It’s time we face the facts: Theatre is expensive, not just to go see but also to pursue as a career.
Money matters, not just for the obvious fact that people need money to live, but also for people to have the ability to further their careers. Actors need money for headshots, dancers need money for shoes, theatre technicians and stage managers may need their own supplies, self-promotion necessitates web domains, artists and administrators alike may need money for classes and workshops to further their skills and meet the “right people.” And all must be prepared to take apprenticeships, internships, and gigs that pay little to nothing. More taxing still, all of these things are peddled as vital to the survival of our careers, our future, our dreams. Yet they eat up what small income we have. And while some theatre and administrative gigs pay, unless you’re lucky, they don’t pay much. The logic behind this seems simple enough on paper: We’re paid less because we have less experience. Yet even with that, you are still benefiting from what experience and talents we do have. And if the above mentioned expenses are essential, we don’t just want more than we’ve been given—we need it.
It’s time we face the facts: Theatre is expensive, not just to go see but also to pursue as a career. We are expected to put in so much in the hopes that it’ll pay off. One of the greatest expenses of making theatre is time. But we are told we must “pay our dues”—i.e., work to the point of suffering for the sake of future success. This suffering is often worn like a badge of honor, because, let’s face it, most of us like hearing valiant stories of theatre phenoms who got their start from nothing by sheer perseverance. But it’s time for these dues to adjust for inflation. We’re not only expected to pay our dues to theatre with our willingness to put in hours of low or barely compensated artmaking; we also have to work time-consuming and exhausting survival jobs. It now takes people who are working minimum- and low-wage jobs more hours of work to afford living than it did 20, or even 10 years ago. What that means for theatremakers is that we have significantly less time to do anything that isn’t sufficiently paying us. As much as we want to be singularly focused on growing our skills and talent, that type of time is often something we simply cannot afford.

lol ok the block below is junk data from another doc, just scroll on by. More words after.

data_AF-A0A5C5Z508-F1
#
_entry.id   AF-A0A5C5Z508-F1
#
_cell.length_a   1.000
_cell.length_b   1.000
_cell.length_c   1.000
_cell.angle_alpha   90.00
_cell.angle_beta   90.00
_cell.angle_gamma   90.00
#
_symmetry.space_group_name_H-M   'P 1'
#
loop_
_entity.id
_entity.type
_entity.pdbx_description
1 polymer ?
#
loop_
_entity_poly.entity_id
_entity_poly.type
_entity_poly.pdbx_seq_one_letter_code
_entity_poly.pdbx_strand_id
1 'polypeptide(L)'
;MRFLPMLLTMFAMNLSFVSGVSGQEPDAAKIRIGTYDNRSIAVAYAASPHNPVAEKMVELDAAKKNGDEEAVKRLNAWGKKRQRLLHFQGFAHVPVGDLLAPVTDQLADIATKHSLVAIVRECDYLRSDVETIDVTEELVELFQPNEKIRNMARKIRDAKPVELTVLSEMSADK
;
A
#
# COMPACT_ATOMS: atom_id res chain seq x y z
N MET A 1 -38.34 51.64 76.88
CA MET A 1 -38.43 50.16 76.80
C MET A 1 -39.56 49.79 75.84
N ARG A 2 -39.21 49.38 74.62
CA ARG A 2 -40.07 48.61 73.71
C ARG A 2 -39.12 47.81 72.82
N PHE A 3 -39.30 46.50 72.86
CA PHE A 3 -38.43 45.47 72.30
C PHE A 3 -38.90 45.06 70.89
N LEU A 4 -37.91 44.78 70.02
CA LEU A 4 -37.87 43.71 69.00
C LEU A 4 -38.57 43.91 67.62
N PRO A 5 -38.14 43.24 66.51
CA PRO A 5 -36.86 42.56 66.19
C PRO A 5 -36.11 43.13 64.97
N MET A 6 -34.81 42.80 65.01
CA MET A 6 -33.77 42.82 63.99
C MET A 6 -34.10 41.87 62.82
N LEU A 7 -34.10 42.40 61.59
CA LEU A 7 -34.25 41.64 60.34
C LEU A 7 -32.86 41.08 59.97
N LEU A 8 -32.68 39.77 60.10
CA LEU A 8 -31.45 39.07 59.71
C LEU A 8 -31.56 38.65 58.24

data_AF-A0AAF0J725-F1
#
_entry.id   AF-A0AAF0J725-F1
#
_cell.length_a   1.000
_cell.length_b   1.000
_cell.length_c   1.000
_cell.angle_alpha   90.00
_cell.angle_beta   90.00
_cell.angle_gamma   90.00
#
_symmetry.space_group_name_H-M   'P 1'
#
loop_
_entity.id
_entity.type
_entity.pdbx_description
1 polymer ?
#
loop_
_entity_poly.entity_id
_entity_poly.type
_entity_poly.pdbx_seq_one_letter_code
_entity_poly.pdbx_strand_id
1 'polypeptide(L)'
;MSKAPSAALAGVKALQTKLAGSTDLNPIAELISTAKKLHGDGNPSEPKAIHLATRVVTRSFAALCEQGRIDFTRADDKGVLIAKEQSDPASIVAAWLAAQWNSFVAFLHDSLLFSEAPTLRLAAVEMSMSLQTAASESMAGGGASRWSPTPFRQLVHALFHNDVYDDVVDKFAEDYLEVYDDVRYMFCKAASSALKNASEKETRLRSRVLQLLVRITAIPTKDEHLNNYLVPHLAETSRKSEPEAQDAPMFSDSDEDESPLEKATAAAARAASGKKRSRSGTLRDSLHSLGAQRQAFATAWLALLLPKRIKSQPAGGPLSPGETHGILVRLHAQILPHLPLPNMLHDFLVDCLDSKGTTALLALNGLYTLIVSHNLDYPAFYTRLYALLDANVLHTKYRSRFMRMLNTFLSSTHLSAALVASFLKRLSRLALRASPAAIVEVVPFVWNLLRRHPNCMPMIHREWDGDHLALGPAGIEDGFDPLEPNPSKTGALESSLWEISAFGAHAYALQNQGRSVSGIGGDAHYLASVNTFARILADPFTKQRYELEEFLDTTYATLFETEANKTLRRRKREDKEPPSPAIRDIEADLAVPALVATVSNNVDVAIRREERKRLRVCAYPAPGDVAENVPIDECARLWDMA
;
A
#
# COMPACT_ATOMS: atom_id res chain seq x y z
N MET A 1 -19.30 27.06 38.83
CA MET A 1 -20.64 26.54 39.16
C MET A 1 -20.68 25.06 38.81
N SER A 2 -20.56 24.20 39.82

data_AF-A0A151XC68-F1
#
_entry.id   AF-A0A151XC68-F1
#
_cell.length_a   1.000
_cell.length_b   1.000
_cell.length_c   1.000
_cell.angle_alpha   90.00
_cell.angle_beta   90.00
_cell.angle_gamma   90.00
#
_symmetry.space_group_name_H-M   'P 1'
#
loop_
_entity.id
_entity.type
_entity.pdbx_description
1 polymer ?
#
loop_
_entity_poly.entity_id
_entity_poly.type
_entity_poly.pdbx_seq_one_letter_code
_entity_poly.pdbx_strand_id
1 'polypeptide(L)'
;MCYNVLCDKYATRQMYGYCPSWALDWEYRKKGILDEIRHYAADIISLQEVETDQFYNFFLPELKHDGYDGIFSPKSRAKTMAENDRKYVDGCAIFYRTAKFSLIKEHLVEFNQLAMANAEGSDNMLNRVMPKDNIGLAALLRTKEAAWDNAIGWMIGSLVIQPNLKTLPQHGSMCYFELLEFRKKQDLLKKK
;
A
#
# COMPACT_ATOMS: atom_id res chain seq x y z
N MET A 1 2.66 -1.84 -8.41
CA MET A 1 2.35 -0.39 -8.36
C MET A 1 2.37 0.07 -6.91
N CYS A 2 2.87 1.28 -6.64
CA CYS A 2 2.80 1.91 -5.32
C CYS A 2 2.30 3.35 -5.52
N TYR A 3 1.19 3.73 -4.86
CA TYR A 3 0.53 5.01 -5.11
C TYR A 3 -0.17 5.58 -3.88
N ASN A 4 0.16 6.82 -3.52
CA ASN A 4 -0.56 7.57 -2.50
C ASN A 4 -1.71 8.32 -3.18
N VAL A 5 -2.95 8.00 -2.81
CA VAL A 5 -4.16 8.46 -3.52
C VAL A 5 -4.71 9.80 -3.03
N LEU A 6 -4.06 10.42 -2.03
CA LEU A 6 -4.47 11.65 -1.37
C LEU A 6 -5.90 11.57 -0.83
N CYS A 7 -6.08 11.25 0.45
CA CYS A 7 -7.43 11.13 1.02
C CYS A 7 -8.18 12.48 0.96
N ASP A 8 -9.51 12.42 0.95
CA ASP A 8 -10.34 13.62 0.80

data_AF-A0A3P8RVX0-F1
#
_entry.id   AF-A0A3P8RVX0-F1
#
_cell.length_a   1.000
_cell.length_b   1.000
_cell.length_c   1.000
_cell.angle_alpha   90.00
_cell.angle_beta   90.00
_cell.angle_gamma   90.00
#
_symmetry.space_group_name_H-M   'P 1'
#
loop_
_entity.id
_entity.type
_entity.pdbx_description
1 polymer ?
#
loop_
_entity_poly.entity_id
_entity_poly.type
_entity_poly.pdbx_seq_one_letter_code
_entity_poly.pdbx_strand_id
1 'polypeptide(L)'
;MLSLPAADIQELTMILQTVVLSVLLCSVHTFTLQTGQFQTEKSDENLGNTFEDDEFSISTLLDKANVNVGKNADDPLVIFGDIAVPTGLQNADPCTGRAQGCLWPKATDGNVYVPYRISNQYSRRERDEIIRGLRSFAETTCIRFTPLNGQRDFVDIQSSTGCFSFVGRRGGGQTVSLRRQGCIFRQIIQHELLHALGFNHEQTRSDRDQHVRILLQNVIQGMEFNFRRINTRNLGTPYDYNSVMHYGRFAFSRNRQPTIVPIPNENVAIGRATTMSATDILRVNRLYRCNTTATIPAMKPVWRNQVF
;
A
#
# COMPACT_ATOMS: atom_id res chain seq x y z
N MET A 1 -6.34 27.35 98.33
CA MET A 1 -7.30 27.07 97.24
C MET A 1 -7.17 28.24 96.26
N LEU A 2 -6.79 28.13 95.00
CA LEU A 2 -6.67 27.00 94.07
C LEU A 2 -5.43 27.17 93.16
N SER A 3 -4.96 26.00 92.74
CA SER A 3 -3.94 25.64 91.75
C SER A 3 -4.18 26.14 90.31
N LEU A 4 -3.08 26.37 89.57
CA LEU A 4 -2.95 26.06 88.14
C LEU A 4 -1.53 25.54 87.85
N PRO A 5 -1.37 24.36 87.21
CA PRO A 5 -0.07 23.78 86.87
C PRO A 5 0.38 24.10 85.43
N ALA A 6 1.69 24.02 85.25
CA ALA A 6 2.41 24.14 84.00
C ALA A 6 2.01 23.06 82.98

I know, I know. People around my age have long been accused of a lack of patience or sense of entitlement, pointing to our digitally enhanced upbringing as proof. And to some extent that may be true (though arguably no moreso than for our older counterparts when they were our age). But the idea that we’re opposed to hard work is insulting, because we do it every day. The encouraging theatrical mantra of “it takes time” vastly misunderstands our situations. Of course it takes a while. But how are we supposed to survive in the meantime? We quite literally cannot afford to wait. For many of us, it’s not stardom we seek but stability. COVID-19 is illustrating the danger of not having that within our community. I don’t want to wait for the next global disaster to be heard (shout-out to climate change). I shouldn’t need years of struggling to survive to legitimize my résumé. Now is the time to ideate ways to reshape what we want theatre to look like.